Anyway, all this to say that I've been inspired to draw and to tell you that I've been drawing dragons, also by headlamp.

The boy's birthday is coming up next week and we've all been pretty much obsessed with all things How to Train Your Dragon: the movie, the Dragons TV series, and even the book series. The boy and I have been reading the first book by chapter, before bed. (Chapter books with my not even 5-year old! Yes! Soon, he and Harry will meet properly. Soon.) For his birthday, we are hosting a dragon-themed art party and he gets to invite friends for the first time. Naturally, I had to make the invitations. 

Following the extraordinary and inspirational Geninne's tutorials, I set out to make a stamp depicting the boy's most favourite dragon: the Screaming Death dragon!

Step 1: Draw image.

Step 2: Transfer image onto rubber cut plate.

Step 3: Carve stamp with neat tool that makes me want to try whittling, too.

Step 4: Ink your stamp, hold your breath, and press onto chosen surface.

I'm not the kind of person that could ever sell the things I produce, not the knits (you'd get bits of my hair and cat hair in the garments, I'm afraid. If I gift such things to you, you likely already know that I am inherently clumsy), or anything else for that matter. I am just not a meticulous person, nor am I a perfectionist in any sense of the word. (Which is why I am happy to refer friends who want custom knits to friends like Alma who will work on your commissions with great care and true craft.) I just don't have the discipline. So, as you can see, this invitation turned out rather messy but I'm pretty happy with it for a first attempt at working with my very own handmade stamp.  

I have to say that stamps are actually are incredibly easy and addictive to make! I even made one from the boy's first attempt to write his name! I used it to personalize the back of the invitation - a proud-making keepsake for both of us. 

Spring has officially arrived and I am more than ready to get going on the spring cleaning: dusting off cobwebs, cleaning crevices that normally don't see the light of day, purging things that have become obsolete for our family, making room for the newly useful and beautiful.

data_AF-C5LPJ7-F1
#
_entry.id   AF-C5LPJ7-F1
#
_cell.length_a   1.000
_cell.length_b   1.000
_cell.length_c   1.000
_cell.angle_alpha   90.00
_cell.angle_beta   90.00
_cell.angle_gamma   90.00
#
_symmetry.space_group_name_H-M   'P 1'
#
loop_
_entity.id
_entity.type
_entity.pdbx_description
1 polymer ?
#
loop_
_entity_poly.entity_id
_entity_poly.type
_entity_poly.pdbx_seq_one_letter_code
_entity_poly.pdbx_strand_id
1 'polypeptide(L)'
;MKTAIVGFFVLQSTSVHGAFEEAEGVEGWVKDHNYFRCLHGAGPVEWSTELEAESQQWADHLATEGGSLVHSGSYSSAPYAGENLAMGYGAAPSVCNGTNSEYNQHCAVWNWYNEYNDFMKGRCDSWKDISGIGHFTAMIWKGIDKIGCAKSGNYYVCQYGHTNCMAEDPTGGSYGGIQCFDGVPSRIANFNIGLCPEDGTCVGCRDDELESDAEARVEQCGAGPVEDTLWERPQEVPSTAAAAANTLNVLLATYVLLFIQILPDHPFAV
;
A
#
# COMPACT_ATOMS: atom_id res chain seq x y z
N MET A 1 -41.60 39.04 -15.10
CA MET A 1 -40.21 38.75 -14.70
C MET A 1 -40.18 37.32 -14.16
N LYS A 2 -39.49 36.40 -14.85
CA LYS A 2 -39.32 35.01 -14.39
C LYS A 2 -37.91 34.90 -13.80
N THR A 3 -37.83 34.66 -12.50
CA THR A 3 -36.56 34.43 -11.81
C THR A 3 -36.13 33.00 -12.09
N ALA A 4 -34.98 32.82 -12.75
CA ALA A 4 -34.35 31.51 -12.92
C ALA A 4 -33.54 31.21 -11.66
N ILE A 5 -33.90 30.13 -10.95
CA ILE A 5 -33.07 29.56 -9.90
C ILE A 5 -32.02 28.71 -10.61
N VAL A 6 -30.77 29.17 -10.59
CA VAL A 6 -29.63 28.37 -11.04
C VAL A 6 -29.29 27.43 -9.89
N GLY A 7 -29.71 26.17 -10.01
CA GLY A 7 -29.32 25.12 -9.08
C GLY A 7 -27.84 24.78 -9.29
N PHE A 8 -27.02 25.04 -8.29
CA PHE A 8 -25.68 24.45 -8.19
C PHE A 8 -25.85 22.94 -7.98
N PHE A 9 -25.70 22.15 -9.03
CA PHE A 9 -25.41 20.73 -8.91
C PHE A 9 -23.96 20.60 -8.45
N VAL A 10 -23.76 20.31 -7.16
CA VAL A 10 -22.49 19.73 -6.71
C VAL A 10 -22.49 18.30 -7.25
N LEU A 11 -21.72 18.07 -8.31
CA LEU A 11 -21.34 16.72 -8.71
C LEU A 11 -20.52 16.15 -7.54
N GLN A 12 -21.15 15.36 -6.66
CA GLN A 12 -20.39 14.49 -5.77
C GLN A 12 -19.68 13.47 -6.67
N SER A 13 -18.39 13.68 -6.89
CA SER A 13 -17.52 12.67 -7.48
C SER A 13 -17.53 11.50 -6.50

I'm planning on making room in my creative spirit to draw, inviting myself to start painting, taking steps towards preparing my children to take these steps with me: to really look at the world around us, to put our lens on paper, to enjoy the outcome of the exercise simply for the moment we took to take Time in our hands and hold her still.

My instagram feed is private because I am not interested in dealing with spam - and I'd prefer to get to know you, too. If you are so inclined, please send me follow request and I'd be happy to share. 

Tuesday, March 18, 2014

champagne anniversary

"Let me not to the marriage of true minds Admit impediments. Love is not loveWhich alters when it alteration finds, Or bends with the remover to remove:O no; it is an ever-fixed mark, That looks on tempests, and is never shaken"
- William Shakespeare, excerpt from Sonnet 116

Tomorrow, March 19, 2014, the wife and I celebrate 19 years of togetherness.

It was on that day 19 years ago that the wife and I succumbed to the inevitable. We were in high school. We were on our March Break. I was 19. Teenagers still, our first date - though we did not know it at the time - was at Red Lobster.  I slept over. The next day, some bird poo landed on my arm. After which, we scored $20 balcony box seat tickets to see Tommy at what was the Pantages Theatre. We got free makeovers at Visage.  We took photo booth pictures (which I still have to find in the memory boxes we've yet to unpack). Our hands brushed regularly when we walked down the street. We lived in a bubble of pure bleary-eyed bliss. Even then we talked about a family together.

Just for fun, I thought I'd share a photo of us 2-3 years later.

I have a feeling I'll be sensing my university friends howling at this memory of us. My son giggled, anyway.

The wife, as you can see, is lovely as ever. I like her hair long like that. She does not. But she did love that thrifted shirt she's wearing. 

We look so much like our children.

We were both in our 2nd year at university, then. I was living in residence. The wife was still living with her dad. I had very recently given myself a truly bad haircut (which my dear sweet roommate and BFF tried her best to fix amid the emotional wreck-over-the-bad-hair that I was), which  I now realize is pretty much my son's current haircut.  At which point, I took the opportunity to explore the butch in me. Although my butch persona didn't quite take, and labels are lame anyway, I can now look at this photo and remember very clearly that no matter how angst-ridden, terrified, and tormented I was at that age (for all the coming out and coming of age reasons) - we had each other and we clung to that knowledge as if it were breath itself - with only landlines and pagers to assure each other of our existence when we were in entirely different cities. 

19 years later, our cell phones keep us connected on the days we find ourselves each managing our own episode of the days of our lives in the same room - and thank goodness for that!